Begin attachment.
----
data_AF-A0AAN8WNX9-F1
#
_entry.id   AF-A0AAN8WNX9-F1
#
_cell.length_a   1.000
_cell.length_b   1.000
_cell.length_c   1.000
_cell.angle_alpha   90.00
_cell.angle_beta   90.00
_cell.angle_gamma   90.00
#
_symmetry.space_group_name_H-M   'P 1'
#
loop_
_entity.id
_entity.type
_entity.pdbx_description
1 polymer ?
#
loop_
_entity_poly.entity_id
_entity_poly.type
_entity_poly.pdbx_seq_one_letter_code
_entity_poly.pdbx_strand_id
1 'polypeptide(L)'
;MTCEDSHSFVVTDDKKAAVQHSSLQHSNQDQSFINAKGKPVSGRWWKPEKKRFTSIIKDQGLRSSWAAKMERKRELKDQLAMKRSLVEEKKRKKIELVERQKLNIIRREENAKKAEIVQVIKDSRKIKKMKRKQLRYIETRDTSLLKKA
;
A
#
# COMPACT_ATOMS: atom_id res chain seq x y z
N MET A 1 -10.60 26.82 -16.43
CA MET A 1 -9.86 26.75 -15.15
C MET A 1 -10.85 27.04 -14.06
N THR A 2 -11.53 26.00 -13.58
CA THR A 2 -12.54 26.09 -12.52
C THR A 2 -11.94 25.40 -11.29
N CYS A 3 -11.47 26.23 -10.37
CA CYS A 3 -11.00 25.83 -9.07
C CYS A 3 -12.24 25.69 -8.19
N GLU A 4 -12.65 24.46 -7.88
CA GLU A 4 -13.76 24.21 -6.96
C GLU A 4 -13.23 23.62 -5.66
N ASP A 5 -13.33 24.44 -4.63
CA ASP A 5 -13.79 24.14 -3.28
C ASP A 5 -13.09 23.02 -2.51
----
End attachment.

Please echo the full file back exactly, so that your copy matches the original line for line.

data_AF-A0AAN8WNX9-F1
#
_entry.id   AF-A0AAN8WNX9-F1
#
_cell.length_a   1.000
_cell.length_b   1.000
_cell.length_c   1.000
_cell.angle_alpha   90.00
_cell.angle_beta   90.00
_cell.angle_gamma   90.00
#
_symmetry.space_group_name_H-M   'P 1'
#
loop_
_entity.id
_entity.type
_entity.pdbx_description
1 polymer ?
#
loop_
_entity_poly.entity_id
_entity_poly.type
_entity_poly.pdbx_seq_one_letter_code
_entity_poly.pdbx_strand_id
1 'polypeptide(L)'
;MTCEDSHSFVVTDDKKAAVQHSSLQHSNQDQSFINAKGKPVSGRWWKPEKKRFTSIIKDQGLRSSWAAKMERKRELKDQLAMKRSLVEEKKRKKIELVERQKLNIIRREENAKKAEIVQVIKDSRKIKKMKRKQLRYIETRDTSLLKKA
;
A
#
# COMPACT_ATOMS: atom_id res chain seq x y z
N MET A 1 -10.60 26.82 -16.43
CA MET A 1 -9.86 26.75 -15.15
C MET A 1 -10.85 27.04 -14.06
N THR A 2 -11.53 26.00 -13.58
CA THR A 2 -12.54 26.09 -12.52
C THR A 2 -11.94 25.40 -11.29
N CYS A 3 -11.47 26.23 -10.37
CA CYS A 3 -11.00 25.83 -9.07
C CYS A 3 -12.24 25.69 -8.19
N GLU A 4 -12.65 24.46 -7.88
CA GLU A 4 -13.76 24.21 -6.96
C GLU A 4 -13.23 23.62 -5.66
N ASP A 5 -13.33 24.44 -4.63
CA ASP A 5 -13.79 24.14 -3.28
C ASP A 5 -13.09 23.02 -2.51